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San Francisco Styrofoam Ban Said to Be Nation's Strictest

The Board of Supervisors unanimously voted to outlaw all forms of Styrofoam as of Jan. 1, 2017

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    A used Styrofoam container lies crushed on the pavement in Oakland, California. San Francisco doubled down on its Styrofoam ban Tuesday, outlawing all forms of polystyrene foam in what local policymakers are calling the most expansive ban in the country.

    San Francisco on Tuesday adopted the nation’s most extensive ban on Styrofoam, according to the supervisors who sponsored the legislation.

    The Board of Supervisors unanimously voted to outlaw polystyrene foam, better known by its brand name, as it relates from everything from egg cartons to buoys as of Jan. 1, 2017. The old legislation, enacted in 2007, banned the product as it related to food packaging.

    Now most every product made of Styrofoam — down to the beach coolers sold at the grocery store — are now forbidden in San Francisco. Penalties range from $100 for the first violation to $500 for the third and each subsequent violation, according to the board. The hope, city leaders say, is that more companies will begin using organic and compostable packaging materials.

    The reaction was swift on both sides. "Awesome!," wrote Kassondra Grayson. "If only the rest of the state would follow." On the other side, came this rhetorical question from Mariah Smith: "What can you do in San Francisco?"

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    More than 100 U.S. cities and many states have ordinances restricting polystyrene food service ware and packaging materials.

    But San Francisco now has the "most expansive Styrofoam prohibitions in the country," said Board of Supervisor President London Breed, who introduced the legislation on Earth Day in April along with Supervisor Aaron Peskin.

    "The science is clear," Breed said in a statement at the time. "This stuff is an environmental and public health pollutant, and we have to reduce its use. There are ample cost effective alternatives to Styrofoam on the market."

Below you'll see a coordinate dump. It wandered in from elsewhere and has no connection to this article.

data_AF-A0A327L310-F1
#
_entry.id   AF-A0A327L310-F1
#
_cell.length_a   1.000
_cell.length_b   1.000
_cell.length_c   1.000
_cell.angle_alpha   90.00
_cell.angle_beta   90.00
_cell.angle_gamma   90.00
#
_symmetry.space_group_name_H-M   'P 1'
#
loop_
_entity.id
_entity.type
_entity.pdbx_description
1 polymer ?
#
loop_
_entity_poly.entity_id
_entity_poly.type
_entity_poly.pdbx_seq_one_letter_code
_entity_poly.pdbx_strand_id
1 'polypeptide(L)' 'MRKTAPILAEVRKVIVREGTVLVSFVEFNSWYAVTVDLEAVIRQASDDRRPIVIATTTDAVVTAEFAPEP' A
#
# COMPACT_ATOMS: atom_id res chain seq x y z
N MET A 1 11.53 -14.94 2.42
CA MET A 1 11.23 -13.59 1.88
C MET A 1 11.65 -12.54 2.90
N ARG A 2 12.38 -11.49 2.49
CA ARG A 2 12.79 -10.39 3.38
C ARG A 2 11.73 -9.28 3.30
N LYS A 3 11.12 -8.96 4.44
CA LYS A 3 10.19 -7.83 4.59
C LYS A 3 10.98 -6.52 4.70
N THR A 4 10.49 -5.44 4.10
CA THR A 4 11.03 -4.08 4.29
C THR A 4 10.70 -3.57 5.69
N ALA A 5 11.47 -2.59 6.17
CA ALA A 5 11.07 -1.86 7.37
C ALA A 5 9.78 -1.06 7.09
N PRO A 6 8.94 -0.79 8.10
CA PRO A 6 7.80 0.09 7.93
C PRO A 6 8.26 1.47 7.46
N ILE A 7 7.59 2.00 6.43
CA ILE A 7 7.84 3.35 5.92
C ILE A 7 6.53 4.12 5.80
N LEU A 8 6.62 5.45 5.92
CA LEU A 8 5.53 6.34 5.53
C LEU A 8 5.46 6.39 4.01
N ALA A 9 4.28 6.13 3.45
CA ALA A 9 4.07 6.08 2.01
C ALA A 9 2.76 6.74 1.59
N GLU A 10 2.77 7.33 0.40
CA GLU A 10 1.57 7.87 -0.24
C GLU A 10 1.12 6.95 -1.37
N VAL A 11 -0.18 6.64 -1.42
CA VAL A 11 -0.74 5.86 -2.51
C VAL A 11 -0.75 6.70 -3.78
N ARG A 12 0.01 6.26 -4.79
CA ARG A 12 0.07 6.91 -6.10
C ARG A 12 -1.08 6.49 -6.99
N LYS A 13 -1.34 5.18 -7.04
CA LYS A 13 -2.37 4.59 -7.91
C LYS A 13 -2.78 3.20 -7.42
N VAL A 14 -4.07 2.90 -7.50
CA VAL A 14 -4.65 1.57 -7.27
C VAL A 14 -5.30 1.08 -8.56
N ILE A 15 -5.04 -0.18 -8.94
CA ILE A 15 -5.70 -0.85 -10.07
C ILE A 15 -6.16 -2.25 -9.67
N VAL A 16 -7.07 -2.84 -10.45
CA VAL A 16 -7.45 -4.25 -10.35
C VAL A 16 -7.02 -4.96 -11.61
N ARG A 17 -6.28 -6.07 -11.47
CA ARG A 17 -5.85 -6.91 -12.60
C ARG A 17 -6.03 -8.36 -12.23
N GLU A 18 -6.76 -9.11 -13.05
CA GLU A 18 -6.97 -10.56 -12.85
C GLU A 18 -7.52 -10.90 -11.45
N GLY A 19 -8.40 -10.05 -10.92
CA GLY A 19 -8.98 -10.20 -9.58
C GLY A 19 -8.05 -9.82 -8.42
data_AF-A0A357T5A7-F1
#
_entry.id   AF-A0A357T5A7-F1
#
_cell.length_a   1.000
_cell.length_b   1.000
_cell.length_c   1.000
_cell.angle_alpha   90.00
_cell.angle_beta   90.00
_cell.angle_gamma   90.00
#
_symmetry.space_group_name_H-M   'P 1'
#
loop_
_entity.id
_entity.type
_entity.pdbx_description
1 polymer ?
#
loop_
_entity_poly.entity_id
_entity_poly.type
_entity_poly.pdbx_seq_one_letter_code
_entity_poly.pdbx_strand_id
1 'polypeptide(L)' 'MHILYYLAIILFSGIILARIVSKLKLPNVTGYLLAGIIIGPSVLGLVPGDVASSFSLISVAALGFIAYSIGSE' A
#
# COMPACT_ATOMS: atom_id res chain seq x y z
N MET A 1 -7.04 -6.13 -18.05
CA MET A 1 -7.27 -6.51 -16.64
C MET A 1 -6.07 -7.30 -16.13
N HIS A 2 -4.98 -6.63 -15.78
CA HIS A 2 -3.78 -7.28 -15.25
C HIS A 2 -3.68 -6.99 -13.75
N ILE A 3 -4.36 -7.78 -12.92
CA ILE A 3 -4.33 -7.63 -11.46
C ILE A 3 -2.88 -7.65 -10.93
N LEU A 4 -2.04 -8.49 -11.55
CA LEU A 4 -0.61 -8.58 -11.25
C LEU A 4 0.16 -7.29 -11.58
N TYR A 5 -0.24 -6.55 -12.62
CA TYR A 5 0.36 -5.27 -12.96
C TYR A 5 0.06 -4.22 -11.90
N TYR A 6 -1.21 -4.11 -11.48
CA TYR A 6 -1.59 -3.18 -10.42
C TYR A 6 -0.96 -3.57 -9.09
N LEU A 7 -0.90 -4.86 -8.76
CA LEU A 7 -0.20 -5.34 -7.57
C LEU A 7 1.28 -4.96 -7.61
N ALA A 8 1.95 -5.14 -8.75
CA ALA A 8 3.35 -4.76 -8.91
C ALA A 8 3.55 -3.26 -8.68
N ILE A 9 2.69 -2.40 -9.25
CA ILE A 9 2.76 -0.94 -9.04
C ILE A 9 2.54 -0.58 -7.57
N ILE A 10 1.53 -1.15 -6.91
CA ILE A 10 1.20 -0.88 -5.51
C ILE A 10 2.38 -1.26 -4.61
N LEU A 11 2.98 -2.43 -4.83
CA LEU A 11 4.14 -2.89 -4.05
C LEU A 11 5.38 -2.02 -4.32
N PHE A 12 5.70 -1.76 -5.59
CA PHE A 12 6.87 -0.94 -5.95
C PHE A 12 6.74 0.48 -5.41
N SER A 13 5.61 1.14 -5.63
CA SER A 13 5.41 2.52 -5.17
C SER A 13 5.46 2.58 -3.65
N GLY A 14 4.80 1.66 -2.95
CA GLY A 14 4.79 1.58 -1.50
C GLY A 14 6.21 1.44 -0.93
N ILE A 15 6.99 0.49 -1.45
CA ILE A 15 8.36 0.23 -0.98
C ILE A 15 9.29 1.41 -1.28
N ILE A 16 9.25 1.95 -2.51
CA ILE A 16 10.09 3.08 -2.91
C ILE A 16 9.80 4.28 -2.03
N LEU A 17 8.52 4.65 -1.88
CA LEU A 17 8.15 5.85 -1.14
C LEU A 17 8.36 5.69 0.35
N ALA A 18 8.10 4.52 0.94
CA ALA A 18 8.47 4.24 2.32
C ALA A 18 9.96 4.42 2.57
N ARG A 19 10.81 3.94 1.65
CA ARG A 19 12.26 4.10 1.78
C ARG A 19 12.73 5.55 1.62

Some industry groups have criticized the crackdown on polystyrene foam, saying it's still the most reliable form of packaging, and that environmental efforts aren't as great as supporters contend.

    "I’m appalled," said Betsy Steiner, spokeswoman for EPS Alliance in Maryland, which represents manufacturers who make packaging materials out of Styrofoam and polystyrene. "We’re opposed to the plan. There are serious errors in their statistical representation."

    She said her group is considering whether to take any legal action against San Francisco, and is worried it will inspire similar legislation in other areas.

    Steiner said such a sweeping ban is unprecedented, noting that the city of San Francisco did not take into account any of her group’s written statements or counterarguments to its scientific data. Spokeswoman Lisa Dry said the American Chemistry Council is also adamantly against San Francisco's ban, and disputes the supervisor's data, saying that polystyrene foodservice packaging is quite safe.

    The California Grocers Association has also been wary of the ban, with members pushing for more time to switch from Styrofoam to eco-friendly alternatives, according to Guillermo Rodriguez, spokesman for San Francisco's Department of the Environment. As a result, the law won't take effect until next year.

    Polystyrene foam never biodegrades, pollutes the bay and contains harmful chemicals, according to information released by Breed’s office.

    Rodriguez said he expects most businesses to comply, as they did with the state's ban on plastic bags.

    "This ordinance is one of the strongest in the country protecting both the environment and public health," he said. "The ordinance is a good model for other local governments to follow."